Early this week [May 2021] Alain Coudray, president of the Côtes-d’Armor fisheries committee, warned the government through local news media that “the fight has only just begun, on land and at sea, actions will multiply so that the State understands that it is time to go green with its heart , by taking into consideration the uses and the society which define the territory and in a desire to respect them and the environment.”
All this is to give people an idea of what we are up against. France has had over a decade’s start on us. While they won an early victory for their UNESCO site, they are now losing battles. The climate has changed – in more ways than one – and governments will be under a lot more pressure now than they were 10 years ago. Developers like Energia are feeling safe enough that they do not make it a secret that they want to build close to our coast to save money – which will presumably be passed on to the American investors that own Energia.
But wind energy is not a cure-all. Take the supergrid for instance. It is intended to offset the unpredictable nature of wind but it seems that the more of our power is made up by renewables, the more unpredictable it may become and it is possible it will lead to massive power outages, like the one in the UK in 2019. That was blamed on a lightning strike but it seems that a nascent dependency on windpower may have contributed because wind power is less effective as a “shock absorber” to shifts in supply and demand. I would think also that wind farms getting bigger and bigger adds to this risk too.
So no one really knows if this is going to work. Some will say we have no choice but to opt for wind but I can’t help thinking, yet again, that the best approach to such an unpredictable power source is community or even individually owned and operated turbines or other wind harvesters, of which there are a few different types in development. But we need some substantial changes in planning frameworks.
But this juggernaut that is industrial level wind investment is gathering speed. Possibly the best we can expect here in Waterford is to get these wind farms pushed further offshore. It will take a fight but we do know it’s possible. Shell has just bought into a floating wind farm 35km off the coast of Clare (we really will be surrounded) and Clare is one of the best places in the world for big wave surfing as we know. If they can do it there, they can do it here.
I still want to look at the impact of cable routes, their surveying and construction, and landfall as well as the construction of substations. And, after that, it will be a few posts on marine life and how the impact on it is measured. And finally a look at our power usage and see what we as individuals can do to reduce the need for data banks which are expected to guzzle nearly a third of Ireland’s energy by 2029. I hope that will take me up to Christmas when I’ll finish this series. If you read one other article this week, make it the one linked directly below…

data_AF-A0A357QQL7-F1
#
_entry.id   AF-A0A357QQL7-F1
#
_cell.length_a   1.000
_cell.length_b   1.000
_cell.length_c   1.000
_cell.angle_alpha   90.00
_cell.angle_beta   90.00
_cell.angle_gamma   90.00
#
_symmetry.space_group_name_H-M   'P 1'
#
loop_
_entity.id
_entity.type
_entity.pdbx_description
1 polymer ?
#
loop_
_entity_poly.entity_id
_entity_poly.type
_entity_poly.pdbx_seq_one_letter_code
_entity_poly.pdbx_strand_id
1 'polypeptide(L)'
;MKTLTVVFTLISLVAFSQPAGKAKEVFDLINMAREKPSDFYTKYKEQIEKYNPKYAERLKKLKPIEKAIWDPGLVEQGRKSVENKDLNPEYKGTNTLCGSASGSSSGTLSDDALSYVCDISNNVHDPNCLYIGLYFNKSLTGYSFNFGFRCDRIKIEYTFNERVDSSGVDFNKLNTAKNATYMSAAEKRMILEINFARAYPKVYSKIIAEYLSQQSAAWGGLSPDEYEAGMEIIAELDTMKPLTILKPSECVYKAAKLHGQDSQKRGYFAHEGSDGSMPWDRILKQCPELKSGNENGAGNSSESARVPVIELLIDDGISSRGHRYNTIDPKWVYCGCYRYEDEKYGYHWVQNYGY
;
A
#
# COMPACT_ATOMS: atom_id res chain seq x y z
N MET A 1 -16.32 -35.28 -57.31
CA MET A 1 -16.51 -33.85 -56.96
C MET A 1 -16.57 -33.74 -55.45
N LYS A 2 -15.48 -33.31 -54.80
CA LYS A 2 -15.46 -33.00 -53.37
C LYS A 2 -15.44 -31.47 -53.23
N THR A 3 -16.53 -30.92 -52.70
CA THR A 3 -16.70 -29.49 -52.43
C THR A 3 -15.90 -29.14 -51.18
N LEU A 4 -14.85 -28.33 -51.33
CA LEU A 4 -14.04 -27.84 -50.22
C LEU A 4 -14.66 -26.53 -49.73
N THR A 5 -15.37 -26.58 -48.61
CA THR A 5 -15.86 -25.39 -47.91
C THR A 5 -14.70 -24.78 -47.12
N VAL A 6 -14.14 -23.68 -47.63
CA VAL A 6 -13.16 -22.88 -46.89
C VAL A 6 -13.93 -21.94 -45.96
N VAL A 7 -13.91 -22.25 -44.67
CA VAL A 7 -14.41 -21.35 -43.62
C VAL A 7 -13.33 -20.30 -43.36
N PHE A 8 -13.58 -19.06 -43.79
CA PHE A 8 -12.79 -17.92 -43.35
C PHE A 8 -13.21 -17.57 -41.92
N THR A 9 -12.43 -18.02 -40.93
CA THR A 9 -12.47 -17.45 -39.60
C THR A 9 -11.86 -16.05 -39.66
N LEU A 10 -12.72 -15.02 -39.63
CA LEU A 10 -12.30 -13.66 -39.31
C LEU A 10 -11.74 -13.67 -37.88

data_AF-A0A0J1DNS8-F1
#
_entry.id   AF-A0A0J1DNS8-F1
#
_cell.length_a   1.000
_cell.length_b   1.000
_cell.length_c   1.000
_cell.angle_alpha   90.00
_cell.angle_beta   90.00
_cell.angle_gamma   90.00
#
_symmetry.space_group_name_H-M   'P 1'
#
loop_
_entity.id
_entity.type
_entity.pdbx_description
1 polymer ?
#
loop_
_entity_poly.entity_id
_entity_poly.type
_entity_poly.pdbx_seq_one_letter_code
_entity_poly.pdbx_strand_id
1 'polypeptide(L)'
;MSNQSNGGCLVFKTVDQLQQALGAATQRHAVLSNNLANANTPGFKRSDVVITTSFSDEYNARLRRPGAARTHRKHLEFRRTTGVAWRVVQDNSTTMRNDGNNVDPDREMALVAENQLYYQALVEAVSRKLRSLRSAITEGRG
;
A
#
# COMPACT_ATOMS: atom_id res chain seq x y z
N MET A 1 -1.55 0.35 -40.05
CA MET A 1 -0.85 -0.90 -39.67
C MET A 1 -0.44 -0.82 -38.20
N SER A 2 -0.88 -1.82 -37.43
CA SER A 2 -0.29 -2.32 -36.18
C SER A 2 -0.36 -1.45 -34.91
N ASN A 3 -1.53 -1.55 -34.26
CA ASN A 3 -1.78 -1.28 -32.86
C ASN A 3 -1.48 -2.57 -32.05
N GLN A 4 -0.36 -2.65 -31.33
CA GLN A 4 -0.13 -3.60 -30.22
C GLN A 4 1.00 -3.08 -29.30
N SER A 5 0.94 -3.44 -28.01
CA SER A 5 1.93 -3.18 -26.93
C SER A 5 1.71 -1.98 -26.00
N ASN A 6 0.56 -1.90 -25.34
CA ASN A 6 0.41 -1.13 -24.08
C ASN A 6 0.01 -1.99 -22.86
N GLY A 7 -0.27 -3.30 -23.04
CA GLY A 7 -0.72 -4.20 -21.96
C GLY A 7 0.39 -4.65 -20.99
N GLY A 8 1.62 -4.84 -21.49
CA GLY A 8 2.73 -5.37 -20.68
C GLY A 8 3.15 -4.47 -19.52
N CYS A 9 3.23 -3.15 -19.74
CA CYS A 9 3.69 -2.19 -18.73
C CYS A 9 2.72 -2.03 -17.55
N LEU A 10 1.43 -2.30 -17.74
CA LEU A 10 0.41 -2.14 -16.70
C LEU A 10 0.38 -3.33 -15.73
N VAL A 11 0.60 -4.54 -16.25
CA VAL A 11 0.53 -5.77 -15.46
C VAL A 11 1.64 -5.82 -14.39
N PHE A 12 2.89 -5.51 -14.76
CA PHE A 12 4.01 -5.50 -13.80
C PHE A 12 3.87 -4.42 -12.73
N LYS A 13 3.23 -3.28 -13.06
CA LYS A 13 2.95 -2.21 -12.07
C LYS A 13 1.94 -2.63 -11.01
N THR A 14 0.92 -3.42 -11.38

NOTE: Images here are impressions of a European supergrid rather than actual plans though they do tend to plot the same routes. I suspect Brexit is the only event to have changed some of the options. I am not sure there’s a concrete plan, rather I imagine the grid will progress depending on planning opportunities
Here’s a little on what I’ve learned since last Saturday’s post on the interconnector between Ireland and France. It is real and not only that, it is part of a supergrid that was first mooted at least 20 years ago. It seems to be an accepted fact in the wind energy world because the very reason for the existence of a supergrid is to offset the unpredictability of the wind, to make it feasible. When the wind is blowing here others benefit, when it’s not, then we get our power from elsewhere. But as pointed out here, the amount and size of wind farms planned for little old Ireland as opposed to big old France, for instance, tell a different story. As a friend said to me…
“I would eat all my hats if we get anything flowing this way down the cable.”
And that’s the crux of the problem, it’s not wind energy or development per se – many of us I am sure are pragmatic enough to know we have to make sacrifices – but we just don’t have anyone to tell us what’s going on or what we have to give up. As a community we have no agency at all.
Re: wind energy, you might, like me, at this point, start to ask why billions upon billions of euros/dollars/pounds and decades of effort have been invested in wind energy – which needs a utopian electric grid to operate properly – instead of for instance the tide – which reliably comes in and out twice a day. I imagine it has something to do with lack of imagination (windmills ain’t new) and the human propensity for building big phallic objects. (The tide people are working away, by the way, but seem to be moving slowly because they are worried about chopping up animals with their underwater turbines. I like them already…)
Anyhoo, this supergrid – and others like it – would connect multiple countries by high voltage cables underwater. High voltage because it’s the only way to keep the power current (as it were) and underwater because it has proved too difficult to build them on land because of borders, politics, and because pesky people don’t like them and object. The good thing about planning out in the sea is that, and I quote…
“Even though it is technically new, it [the supergrid] can be done without seeking planning permission from anybody apart from the Government, a Government who has already demonstrated strong commitment to offshore wind.”
This is from a 2013 blog post from a company called Mainstream Renewable Power. I don’t think they have much to do with our projects – yet – but they have been working in Africa and Chile, both developing countries/continents and have an ISO certification for Ireland. Interesting that. Maybe we are we third-world now? Something else they didn’t tell us.